What is Property?

AuthorRobert Chambers
The law of property is the most commonly encountered area of law but
perhaps the least understood. It can b e complicated and counterintui-
tive, yet we rely on it every day. The simple act of getting dressed in
the morning involves having the right to some clothes to wear and the
right to be in some private space in which to put them on. Chi ldren can
own things long before they are able to make contr acts. Property law i s
important to us because it def‌ines and protects our rights to things and
provides a framework for sharing them w ith others.
Most law students begin their study of property law in their f‌irst
year, and many f‌ind it to be the most challeng ing part of the f‌irst-year
program. Property law is an old subject in which ancient concepts and
terms are stil l in use. It is also a broad subject, intruding on other areas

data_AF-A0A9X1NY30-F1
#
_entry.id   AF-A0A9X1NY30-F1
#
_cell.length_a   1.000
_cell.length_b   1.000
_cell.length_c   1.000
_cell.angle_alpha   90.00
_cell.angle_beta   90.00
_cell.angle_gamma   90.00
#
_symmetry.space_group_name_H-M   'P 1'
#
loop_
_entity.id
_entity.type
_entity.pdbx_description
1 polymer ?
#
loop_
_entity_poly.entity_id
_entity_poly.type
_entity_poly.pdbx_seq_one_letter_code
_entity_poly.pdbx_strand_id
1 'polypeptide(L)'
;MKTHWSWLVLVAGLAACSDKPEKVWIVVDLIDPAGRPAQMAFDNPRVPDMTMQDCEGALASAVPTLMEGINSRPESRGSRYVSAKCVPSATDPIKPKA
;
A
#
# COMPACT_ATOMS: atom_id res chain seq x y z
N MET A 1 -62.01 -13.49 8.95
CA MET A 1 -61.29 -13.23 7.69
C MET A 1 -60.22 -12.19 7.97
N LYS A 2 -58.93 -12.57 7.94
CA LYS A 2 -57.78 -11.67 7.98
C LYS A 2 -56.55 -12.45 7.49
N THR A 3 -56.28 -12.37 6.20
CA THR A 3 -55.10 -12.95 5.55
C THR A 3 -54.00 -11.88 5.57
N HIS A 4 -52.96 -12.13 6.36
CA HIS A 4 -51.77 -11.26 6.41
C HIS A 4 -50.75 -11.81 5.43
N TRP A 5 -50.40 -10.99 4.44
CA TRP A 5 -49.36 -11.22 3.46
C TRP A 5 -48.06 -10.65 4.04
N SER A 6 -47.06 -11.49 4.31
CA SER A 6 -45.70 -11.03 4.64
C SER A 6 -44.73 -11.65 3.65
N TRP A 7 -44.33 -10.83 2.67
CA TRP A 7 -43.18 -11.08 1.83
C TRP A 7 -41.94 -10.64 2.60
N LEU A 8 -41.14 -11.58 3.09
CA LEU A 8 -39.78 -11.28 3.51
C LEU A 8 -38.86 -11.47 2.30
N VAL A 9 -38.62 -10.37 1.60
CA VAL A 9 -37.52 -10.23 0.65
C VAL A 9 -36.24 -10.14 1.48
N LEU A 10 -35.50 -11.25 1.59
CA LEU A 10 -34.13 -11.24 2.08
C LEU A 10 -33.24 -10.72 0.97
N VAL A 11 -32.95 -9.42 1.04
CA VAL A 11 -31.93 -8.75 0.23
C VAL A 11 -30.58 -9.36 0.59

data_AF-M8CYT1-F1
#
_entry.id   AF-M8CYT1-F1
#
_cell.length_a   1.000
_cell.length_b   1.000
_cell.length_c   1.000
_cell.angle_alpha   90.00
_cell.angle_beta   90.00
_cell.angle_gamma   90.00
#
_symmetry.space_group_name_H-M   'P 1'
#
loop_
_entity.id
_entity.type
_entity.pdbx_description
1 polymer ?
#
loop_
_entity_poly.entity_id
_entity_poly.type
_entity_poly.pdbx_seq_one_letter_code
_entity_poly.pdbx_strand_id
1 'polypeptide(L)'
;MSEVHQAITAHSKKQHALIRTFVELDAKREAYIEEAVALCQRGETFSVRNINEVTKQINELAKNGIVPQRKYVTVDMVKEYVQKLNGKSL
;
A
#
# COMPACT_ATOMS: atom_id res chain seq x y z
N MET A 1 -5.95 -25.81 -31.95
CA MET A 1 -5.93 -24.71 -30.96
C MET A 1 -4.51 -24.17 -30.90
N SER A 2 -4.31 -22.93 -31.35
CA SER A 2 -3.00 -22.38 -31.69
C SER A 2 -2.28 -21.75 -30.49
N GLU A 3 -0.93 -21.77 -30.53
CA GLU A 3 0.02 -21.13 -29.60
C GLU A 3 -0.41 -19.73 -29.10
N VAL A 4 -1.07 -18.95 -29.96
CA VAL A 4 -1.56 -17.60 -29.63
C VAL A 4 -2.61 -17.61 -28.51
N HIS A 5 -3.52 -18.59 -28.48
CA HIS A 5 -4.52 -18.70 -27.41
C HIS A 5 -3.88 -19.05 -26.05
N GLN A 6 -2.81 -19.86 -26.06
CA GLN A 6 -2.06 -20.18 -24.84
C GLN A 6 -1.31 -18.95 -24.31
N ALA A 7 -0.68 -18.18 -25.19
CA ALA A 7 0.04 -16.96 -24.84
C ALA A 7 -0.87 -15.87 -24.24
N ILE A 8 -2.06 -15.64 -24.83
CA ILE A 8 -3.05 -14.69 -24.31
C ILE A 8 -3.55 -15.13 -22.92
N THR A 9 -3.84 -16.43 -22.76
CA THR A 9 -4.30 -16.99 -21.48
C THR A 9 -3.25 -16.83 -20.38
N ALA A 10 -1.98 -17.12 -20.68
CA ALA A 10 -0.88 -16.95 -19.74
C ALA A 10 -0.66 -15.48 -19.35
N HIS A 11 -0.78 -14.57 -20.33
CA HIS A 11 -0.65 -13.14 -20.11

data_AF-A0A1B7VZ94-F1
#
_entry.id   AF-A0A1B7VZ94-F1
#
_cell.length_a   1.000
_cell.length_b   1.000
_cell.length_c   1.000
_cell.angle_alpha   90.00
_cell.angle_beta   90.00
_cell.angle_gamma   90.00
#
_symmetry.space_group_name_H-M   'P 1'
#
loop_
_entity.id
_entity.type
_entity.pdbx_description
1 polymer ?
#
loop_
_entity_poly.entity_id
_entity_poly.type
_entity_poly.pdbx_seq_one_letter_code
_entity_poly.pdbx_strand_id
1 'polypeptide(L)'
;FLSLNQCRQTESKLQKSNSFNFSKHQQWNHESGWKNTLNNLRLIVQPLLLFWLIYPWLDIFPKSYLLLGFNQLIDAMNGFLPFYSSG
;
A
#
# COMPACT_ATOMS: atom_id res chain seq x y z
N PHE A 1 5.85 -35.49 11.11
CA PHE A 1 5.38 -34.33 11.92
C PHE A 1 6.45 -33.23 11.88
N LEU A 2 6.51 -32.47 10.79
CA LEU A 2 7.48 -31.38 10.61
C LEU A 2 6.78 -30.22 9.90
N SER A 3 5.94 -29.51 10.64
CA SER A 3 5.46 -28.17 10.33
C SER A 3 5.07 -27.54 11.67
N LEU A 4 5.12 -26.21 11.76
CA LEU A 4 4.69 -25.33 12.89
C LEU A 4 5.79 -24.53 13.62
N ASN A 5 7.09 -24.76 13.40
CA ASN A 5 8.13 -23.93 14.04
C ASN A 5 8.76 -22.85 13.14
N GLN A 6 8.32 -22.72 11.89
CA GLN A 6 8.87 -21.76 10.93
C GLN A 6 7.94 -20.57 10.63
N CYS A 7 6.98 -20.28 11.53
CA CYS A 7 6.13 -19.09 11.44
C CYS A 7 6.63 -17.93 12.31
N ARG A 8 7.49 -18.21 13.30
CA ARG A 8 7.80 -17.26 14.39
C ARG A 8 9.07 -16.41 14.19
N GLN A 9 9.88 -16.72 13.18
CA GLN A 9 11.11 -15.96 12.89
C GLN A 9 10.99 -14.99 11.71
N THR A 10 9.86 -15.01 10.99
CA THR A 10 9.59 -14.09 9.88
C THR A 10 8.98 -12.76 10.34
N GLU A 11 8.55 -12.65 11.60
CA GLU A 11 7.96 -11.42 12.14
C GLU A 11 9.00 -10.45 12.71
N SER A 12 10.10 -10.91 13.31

of law. It intersects with the law of contracts whenever people buy and
sell things. The wrongful interference with property may be a tort or a
crime. The power to make laws concerning property involves constitu-
tional law, as does the protection of Aboriginal title.
This book provides an introduction to the law of property that is
meant to be accessible to law students and l ay people. The key to under-
standing property l aw is to acquire a solid grasp of its fundamental
concepts and to keep them in mind when exploring the topic in detail.
And there is a lot of detail. This is one area of law in which it is very
easy to lose sight of the forest for the trees.

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